Hypoadrenocorticism, more commonly known as Addison’s Disease, is an endocrine disease in which the adrenal glands do not produce enough glucocorticoids and/or mineralocorticoids. It can be due to either an immune system-mediated destruction of the adrenal gland cortices or due to Adrenocorticotropic hormone (ACTH) deficiency in the pituitary.
The pituitary gland is what sends a signal (ACTH) to the adrenal glands to tell them to make glucocorticoids and mineralocorticoids. The latter two compounds play many roles throughout the body, including glucose regulation, stress response, sodium regulation and potassium regulation. These roles may seem obscure to someone not familiar with medicine, but in a nutshell, all you need to know is that they are really important for a body to function properly.
Perhaps one of the most critical effects of Addison’s disease is the disruption of sodium and potassium balance in the body. An drastic decrease in sodium can result in extreme water depletion. This can cause many problems in the body, mainly depression, hypotension, and azotemia. This disease also causes potassium to not be excreted and instead increases in the body. This increase in potassium can result in weakness, inappetence, and the risk of heart damage and heart rhythm abnormalities.
There are lots of potential causes of Addison’s Disease. It is frequently called the “great imitator”, as the signs that it causes can also be caused by a myriad of other diseases. Many times, this disease is found by process of elimination or by noticing subtle, nonspecific signs. While nobody wishes to ever find this disease, I would much rather find it that way than in the emergent way. If an animal presents to us on emergency in an Addisonian crisis, it is an emergency that must be dealt with immediately. They are usually very hypovolemic, have heart arrhythmias, and are very depressed and weak. Therapy for these animals involves fluid restoration using isotonic fluids like 0.9% NaCl, which will eventually correct the electrolyte abnormalities. Fast acting dexamethasone should be administered as well, since that is what the patient is deficient in. After the crisis is averted, long term therapy involves glucocorticoid and mineralocorticoid replacement. Glucocorticoids need to be replaced daily, whereas mineralocorticoids can be provided by a monthly injection. Some animals may need extra glucocorticoids provided when times of higher stress are encountered. Once on a treatment plan, most animals will be monitored via blood testing monthly to monitor their disease status and cater their medication dosage to suit their needs.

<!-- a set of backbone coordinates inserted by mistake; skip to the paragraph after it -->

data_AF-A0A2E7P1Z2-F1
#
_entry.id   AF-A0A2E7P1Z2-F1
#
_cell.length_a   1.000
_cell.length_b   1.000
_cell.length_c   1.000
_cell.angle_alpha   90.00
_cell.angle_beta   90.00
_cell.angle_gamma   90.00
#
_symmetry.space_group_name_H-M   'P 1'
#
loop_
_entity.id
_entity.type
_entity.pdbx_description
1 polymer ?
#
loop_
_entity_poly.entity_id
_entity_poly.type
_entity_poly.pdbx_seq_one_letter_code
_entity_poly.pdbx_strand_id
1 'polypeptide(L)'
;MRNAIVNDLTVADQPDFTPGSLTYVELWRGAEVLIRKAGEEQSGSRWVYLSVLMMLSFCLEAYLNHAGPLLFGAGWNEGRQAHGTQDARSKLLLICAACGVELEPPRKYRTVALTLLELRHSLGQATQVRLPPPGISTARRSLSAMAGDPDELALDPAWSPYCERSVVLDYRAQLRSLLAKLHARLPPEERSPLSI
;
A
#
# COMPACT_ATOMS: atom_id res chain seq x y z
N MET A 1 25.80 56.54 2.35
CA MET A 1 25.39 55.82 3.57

Once initial treatment is administered and follow-up is provided, prognosis is actually good to excellent for these patients. There are a few causes of this disease, such as cancer or granulomatous disease, that have a poorer prognosis, but these are not the majority of cases. Other endocrine diseases rarely occur in these patients – only about 5% of patients will have concurrent endocrine failure such as diabetes mellitus, hypothyroidism, or hypoparathyroidism.